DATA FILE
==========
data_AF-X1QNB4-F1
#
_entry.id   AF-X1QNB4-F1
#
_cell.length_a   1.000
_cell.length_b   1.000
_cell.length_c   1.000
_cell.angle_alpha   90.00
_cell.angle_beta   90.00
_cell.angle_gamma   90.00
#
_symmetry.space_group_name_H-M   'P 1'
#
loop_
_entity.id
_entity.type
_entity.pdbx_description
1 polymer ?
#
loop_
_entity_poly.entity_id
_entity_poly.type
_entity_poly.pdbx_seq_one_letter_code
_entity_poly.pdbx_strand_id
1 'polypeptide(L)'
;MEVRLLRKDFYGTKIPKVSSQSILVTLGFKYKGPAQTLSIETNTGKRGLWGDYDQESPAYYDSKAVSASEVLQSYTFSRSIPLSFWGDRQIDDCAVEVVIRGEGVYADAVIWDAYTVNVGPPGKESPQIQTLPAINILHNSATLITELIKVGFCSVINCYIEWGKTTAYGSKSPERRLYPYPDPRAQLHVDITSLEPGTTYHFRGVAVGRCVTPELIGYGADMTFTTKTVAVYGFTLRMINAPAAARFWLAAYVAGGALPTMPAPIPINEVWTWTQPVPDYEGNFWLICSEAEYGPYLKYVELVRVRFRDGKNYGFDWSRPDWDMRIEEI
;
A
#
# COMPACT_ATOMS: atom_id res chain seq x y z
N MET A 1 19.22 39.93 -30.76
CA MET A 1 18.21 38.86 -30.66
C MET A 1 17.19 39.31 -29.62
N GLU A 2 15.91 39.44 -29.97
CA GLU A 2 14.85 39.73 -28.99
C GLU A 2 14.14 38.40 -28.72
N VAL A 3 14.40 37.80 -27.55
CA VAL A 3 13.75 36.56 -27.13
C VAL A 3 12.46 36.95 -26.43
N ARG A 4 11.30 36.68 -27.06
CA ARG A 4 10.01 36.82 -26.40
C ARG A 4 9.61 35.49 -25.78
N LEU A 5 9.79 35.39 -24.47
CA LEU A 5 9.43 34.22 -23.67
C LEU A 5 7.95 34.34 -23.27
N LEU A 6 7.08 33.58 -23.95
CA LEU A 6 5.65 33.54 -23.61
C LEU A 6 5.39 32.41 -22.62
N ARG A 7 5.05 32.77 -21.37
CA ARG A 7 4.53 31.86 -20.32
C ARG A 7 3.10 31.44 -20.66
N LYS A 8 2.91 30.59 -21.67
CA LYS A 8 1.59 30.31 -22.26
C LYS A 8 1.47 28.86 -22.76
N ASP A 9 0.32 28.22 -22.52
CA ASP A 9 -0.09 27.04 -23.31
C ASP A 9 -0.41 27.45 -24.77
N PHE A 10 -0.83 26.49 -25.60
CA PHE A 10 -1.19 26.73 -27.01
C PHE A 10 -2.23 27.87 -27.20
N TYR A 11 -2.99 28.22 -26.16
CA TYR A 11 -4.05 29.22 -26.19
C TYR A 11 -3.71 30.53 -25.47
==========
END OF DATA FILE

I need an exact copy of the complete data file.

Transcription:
data_AF-X1QNB4-F1
#
_entry.id   AF-X1QNB4-F1
#
_cell.length_a   1.000
_cell.length_b   1.000
_cell.length_c   1.000
_cell.angle_alpha   90.00
_cell.angle_beta   90.00
_cell.angle_gamma   90.00
#
_symmetry.space_group_name_H-M   'P 1'
#
loop_
_entity.id
_entity.type
_entity.pdbx_description
1 polymer ?
#
loop_
_entity_poly.entity_id
_entity_poly.type
_entity_poly.pdbx_seq_one_letter_code
_entity_poly.pdbx_strand_id
1 'polypeptide(L)'
;MEVRLLRKDFYGTKIPKVSSQSILVTLGFKYKGPAQTLSIETNTGKRGLWGDYDQESPAYYDSKAVSASEVLQSYTFSRSIPLSFWGDRQIDDCAVEVVIRGEGVYADAVIWDAYTVNVGPPGKESPQIQTLPAINILHNSATLITELIKVGFCSVINCYIEWGKTTAYGSKSPERRLYPYPDPRAQLHVDITSLEPGTTYHFRGVAVGRCVTPELIGYGADMTFTTKTVAVYGFTLRMINAPAAARFWLAAYVAGGALPTMPAPIPINEVWTWTQPVPDYEGNFWLICSEAEYGPYLKYVELVRVRFRDGKNYGFDWSRPDWDMRIEEI
;
A
#
# COMPACT_ATOMS: atom_id res chain seq x y z
N MET A 1 19.22 39.93 -30.76
CA MET A 1 18.21 38.86 -30.66
C MET A 1 17.19 39.31 -29.62
N GLU A 2 15.91 39.44 -29.97
CA GLU A 2 14.85 39.73 -28.99
C GLU A 2 14.14 38.40 -28.72
N VAL A 3 14.40 37.80 -27.55
CA VAL A 3 13.75 36.56 -27.13
C VAL A 3 12.46 36.95 -26.43
N ARG A 4 11.30 36.68 -27.06
CA ARG A 4 10.01 36.82 -26.40
C ARG A 4 9.61 35.49 -25.78
N LEU A 5 9.79 35.39 -24.47
CA LEU A 5 9.43 34.22 -23.67
C LEU A 5 7.95 34.34 -23.27
N LEU A 6 7.08 33.58 -23.95
CA LEU A 6 5.65 33.54 -23.61
C LEU A 6 5.39 32.41 -22.62
N ARG A 7 5.05 32.77 -21.37
CA ARG A 7 4.53 31.86 -20.32
C ARG A 7 3.10 31.44 -20.66
N LYS A 8 2.91 30.59 -21.67
CA LYS A 8 1.59 30.31 -22.26
C LYS A 8 1.47 28.86 -22.76
N ASP A 9 0.32 28.22 -22.52
CA ASP A 9 -0.09 27.04 -23.31
C ASP A 9 -0.41 27.45 -24.77
N PHE A 10 -0.83 26.49 -25.60
CA PHE A 10 -1.19 26.73 -27.01
C PHE A 10 -2.23 27.87 -27.20
N TYR A 11 -2.99 28.22 -26.16
CA TYR A 11 -4.05 29.22 -26.19
C TYR A 11 -3.71 30.53 -25.47